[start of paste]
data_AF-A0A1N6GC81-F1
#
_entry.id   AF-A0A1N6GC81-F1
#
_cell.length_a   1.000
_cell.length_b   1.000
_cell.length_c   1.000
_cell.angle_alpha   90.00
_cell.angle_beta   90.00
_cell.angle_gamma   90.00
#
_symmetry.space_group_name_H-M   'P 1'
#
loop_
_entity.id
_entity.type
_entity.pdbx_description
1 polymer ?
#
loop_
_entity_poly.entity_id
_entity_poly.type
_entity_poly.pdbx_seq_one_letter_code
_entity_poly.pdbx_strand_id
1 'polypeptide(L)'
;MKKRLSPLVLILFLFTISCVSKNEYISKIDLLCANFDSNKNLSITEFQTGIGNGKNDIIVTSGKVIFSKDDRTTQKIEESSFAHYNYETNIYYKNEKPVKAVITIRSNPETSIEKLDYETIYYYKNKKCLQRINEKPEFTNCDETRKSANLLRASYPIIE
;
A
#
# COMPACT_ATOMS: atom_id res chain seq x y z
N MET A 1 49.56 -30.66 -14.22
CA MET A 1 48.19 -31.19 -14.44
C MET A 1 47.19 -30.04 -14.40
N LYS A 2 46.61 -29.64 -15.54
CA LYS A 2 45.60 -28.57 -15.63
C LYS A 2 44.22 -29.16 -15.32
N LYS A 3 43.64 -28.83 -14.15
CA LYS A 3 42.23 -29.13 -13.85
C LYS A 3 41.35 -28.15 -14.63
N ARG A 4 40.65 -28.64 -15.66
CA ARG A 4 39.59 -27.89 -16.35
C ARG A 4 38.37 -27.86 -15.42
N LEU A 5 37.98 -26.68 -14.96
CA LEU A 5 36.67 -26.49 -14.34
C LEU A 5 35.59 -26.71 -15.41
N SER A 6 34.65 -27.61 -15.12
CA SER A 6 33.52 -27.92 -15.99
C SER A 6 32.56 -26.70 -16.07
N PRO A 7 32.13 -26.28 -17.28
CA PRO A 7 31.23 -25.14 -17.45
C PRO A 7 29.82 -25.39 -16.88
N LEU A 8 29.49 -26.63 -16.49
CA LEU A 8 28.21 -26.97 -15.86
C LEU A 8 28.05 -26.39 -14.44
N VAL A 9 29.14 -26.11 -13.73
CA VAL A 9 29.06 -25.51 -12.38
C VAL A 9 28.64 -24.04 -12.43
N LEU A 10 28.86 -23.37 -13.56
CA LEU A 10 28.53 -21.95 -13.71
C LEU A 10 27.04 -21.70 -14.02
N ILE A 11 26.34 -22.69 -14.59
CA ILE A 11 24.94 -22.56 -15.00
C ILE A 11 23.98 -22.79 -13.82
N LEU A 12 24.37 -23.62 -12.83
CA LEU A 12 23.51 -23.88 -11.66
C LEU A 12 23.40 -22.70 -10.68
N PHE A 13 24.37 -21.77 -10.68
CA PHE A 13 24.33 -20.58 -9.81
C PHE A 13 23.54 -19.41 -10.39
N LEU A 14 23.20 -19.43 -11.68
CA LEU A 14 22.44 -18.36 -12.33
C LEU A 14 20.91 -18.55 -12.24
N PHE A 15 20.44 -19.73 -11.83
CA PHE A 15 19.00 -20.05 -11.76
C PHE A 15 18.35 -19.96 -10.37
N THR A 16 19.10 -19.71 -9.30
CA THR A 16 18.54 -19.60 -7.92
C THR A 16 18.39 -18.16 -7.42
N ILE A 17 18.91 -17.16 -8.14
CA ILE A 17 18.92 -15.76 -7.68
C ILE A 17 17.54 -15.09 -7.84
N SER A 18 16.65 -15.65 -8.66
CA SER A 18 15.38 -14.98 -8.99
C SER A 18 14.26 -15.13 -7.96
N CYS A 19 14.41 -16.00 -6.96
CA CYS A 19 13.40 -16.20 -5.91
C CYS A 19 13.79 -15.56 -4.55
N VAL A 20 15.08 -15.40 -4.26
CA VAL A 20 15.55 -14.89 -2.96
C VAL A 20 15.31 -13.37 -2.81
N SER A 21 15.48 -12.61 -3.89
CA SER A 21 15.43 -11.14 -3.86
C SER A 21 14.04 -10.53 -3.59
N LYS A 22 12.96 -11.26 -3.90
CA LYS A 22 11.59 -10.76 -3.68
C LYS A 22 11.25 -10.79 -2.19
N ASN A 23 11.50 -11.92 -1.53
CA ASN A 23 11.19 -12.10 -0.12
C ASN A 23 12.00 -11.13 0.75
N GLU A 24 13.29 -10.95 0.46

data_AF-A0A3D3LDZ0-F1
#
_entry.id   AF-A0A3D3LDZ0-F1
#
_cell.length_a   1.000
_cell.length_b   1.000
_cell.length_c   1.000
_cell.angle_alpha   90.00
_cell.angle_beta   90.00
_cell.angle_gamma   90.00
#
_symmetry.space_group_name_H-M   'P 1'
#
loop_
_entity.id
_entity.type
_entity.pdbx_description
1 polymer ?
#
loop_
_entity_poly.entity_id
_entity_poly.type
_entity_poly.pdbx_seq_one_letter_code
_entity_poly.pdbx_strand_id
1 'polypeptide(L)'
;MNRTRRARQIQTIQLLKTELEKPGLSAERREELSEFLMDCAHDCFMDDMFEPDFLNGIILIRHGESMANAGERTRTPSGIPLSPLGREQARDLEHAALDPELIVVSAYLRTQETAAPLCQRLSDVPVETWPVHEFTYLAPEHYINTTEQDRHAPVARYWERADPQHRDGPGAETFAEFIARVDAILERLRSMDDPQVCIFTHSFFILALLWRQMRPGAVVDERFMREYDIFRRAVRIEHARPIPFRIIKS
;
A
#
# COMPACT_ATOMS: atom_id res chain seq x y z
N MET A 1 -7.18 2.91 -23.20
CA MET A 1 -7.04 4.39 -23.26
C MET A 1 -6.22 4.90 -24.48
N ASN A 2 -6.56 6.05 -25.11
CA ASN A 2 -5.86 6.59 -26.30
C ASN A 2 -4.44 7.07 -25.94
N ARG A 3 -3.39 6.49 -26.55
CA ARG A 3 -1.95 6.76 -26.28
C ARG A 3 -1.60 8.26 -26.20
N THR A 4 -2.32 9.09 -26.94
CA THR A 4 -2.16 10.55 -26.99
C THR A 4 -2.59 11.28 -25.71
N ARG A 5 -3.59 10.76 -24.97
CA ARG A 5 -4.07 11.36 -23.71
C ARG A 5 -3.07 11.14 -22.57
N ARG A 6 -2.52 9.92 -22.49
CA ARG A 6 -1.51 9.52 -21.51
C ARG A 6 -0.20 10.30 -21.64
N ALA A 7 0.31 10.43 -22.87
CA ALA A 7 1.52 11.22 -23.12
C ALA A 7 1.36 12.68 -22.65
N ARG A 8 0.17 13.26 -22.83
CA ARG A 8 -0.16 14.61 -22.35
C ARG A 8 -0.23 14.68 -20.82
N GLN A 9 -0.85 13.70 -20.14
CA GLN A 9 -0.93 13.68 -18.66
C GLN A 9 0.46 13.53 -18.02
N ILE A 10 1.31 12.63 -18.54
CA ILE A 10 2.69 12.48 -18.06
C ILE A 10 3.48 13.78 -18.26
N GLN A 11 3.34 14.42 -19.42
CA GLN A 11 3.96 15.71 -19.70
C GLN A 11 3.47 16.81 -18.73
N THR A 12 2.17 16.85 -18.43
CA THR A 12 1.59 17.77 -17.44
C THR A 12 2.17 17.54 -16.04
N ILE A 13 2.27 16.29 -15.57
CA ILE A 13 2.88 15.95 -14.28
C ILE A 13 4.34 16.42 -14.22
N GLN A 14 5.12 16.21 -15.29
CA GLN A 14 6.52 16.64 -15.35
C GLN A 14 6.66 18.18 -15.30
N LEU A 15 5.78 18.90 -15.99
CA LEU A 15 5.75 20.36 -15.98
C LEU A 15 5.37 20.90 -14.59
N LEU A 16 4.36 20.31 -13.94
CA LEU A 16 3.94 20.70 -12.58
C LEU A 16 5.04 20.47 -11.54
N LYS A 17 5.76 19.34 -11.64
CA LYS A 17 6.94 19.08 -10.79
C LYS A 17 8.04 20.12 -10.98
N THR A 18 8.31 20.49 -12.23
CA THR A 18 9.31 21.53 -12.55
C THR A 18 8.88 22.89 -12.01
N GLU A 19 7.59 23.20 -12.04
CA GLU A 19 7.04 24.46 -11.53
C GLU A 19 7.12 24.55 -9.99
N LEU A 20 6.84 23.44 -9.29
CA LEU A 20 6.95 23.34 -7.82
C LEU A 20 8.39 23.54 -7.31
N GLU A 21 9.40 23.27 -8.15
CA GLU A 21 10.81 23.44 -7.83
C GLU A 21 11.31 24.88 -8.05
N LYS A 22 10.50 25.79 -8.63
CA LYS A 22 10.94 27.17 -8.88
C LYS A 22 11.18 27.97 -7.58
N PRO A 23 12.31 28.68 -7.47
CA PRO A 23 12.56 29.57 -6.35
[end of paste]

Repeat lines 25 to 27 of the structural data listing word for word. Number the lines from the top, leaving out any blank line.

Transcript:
1 'polypeptide(L)'
;MKKRLSPLVLILFLFTISCVSKNEYISKIDLLCANFDSNKNLSITEFQTGIGNGKNDIIVTSGKVIFSKDDRTTQKIEESSFAHYNYETNIYYKNEKPVKAVITIRSNPETSIEKLDYETIYYYKNKKCLQRINEKPEFTNCDETRKSANLLRASYPIIE
;